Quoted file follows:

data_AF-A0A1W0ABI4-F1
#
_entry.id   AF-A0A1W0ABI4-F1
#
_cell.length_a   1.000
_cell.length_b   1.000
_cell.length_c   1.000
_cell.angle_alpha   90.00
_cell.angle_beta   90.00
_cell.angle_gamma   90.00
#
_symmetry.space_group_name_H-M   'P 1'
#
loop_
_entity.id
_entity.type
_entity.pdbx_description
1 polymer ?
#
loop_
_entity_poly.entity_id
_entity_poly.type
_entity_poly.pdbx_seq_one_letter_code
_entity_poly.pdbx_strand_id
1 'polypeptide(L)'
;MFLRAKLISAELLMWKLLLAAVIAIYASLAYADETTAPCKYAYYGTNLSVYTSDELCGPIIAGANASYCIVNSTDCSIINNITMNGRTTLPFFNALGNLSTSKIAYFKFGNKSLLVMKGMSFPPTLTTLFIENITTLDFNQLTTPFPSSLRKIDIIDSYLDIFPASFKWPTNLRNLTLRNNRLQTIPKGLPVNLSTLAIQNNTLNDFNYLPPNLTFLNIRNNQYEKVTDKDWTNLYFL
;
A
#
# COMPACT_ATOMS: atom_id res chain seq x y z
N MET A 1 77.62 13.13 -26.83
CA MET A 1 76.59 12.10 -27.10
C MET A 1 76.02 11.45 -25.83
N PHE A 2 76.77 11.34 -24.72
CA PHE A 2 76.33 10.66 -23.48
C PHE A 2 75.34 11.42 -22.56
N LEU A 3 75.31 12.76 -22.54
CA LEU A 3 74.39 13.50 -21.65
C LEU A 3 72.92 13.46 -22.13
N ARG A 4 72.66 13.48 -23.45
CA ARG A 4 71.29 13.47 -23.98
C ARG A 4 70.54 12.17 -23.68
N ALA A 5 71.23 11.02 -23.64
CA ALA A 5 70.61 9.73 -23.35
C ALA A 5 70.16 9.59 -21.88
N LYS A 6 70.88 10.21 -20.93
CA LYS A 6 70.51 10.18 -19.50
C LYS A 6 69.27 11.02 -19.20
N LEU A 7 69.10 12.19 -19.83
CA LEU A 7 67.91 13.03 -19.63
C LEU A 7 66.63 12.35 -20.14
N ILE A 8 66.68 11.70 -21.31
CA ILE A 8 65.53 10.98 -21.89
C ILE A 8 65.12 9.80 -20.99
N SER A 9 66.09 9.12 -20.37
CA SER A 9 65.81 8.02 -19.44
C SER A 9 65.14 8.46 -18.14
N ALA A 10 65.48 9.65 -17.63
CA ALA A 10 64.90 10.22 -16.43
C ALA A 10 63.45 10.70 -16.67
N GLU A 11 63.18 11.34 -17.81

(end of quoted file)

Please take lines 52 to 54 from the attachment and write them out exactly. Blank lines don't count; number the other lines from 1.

N ILE A 8 66.68 11.70 -21.31
CA ILE A 8 65.53 10.98 -21.89
C ILE A 8 65.12 9.80 -20.99